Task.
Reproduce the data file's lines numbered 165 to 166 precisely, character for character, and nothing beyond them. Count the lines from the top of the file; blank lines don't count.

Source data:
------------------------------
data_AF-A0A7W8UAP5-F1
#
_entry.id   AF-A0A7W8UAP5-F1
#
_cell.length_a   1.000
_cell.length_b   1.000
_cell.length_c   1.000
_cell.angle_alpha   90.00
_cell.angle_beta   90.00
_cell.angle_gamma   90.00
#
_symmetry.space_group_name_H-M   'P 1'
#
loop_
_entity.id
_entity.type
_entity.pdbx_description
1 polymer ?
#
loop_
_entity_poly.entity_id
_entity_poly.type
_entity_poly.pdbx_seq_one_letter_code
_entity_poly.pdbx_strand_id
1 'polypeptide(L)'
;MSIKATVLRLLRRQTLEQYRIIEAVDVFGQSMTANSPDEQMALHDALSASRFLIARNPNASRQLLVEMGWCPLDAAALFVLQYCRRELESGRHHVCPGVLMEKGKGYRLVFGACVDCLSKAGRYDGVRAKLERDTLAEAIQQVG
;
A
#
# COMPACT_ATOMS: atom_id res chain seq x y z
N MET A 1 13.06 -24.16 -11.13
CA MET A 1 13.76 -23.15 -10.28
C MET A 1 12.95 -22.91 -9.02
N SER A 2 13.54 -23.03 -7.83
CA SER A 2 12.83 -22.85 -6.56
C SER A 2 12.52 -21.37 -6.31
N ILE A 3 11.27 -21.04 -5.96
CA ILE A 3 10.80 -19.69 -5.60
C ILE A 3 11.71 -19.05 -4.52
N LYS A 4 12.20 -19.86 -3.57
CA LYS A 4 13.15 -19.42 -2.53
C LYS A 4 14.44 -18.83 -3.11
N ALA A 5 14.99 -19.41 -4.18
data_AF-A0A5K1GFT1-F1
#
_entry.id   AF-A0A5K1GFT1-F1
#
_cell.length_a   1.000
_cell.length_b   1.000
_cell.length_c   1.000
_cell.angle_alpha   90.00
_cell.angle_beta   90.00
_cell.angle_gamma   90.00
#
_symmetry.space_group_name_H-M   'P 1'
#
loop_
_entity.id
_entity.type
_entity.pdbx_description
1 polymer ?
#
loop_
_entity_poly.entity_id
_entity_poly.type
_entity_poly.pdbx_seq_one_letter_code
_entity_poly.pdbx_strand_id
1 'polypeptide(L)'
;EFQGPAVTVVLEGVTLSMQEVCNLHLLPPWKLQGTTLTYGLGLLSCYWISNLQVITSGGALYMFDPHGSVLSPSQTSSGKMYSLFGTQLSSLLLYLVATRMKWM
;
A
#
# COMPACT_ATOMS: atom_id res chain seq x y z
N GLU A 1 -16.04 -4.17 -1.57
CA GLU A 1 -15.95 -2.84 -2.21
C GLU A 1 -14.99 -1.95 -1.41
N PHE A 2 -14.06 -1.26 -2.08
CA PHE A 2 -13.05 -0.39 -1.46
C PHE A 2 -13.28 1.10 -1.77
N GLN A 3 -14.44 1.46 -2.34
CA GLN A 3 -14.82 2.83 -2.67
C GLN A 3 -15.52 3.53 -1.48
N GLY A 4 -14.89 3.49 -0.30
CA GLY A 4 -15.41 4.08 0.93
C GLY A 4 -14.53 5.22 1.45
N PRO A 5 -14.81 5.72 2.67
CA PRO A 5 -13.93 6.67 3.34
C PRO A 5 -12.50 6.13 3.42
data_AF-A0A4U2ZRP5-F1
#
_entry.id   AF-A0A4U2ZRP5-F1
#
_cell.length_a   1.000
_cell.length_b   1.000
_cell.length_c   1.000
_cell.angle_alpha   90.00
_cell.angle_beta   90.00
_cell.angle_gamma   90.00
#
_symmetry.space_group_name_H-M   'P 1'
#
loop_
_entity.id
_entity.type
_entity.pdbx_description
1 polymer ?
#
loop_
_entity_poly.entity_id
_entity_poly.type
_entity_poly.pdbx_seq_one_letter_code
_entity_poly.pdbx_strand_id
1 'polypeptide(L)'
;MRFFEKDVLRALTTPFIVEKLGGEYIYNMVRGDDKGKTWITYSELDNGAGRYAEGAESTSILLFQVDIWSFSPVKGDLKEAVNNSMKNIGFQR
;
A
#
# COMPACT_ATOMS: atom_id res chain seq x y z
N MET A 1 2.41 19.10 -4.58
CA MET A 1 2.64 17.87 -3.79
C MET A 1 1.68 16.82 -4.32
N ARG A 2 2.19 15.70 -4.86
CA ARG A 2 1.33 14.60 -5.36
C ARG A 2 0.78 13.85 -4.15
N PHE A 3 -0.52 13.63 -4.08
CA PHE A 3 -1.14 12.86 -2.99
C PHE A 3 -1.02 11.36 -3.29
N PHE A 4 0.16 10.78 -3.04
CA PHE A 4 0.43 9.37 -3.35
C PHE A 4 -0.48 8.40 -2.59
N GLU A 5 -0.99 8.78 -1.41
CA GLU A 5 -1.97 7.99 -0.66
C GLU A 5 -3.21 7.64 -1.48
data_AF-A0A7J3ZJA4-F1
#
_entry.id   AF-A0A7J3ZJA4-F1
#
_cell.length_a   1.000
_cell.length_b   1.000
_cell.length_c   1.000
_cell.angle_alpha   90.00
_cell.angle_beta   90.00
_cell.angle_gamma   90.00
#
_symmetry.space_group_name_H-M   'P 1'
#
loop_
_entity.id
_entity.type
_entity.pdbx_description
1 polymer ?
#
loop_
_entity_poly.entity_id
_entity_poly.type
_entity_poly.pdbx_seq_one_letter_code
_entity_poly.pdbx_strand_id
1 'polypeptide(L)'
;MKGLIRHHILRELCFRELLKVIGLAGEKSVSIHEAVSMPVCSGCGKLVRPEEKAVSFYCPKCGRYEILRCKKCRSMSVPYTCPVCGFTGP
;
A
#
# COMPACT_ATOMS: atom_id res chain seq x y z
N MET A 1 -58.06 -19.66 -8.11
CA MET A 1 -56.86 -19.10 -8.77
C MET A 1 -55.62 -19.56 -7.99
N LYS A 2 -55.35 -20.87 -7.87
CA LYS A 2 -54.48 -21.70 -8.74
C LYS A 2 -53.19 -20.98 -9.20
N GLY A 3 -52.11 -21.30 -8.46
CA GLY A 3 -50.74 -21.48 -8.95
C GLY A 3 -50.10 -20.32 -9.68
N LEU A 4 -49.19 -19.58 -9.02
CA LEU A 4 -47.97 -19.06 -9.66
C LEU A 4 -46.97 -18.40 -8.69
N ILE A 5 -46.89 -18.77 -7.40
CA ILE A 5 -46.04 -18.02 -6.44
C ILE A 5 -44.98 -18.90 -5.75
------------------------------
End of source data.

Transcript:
CA MET A 1 -56.86 -19.10 -8.77
C MET A 1 -55.62 -19.56 -7.99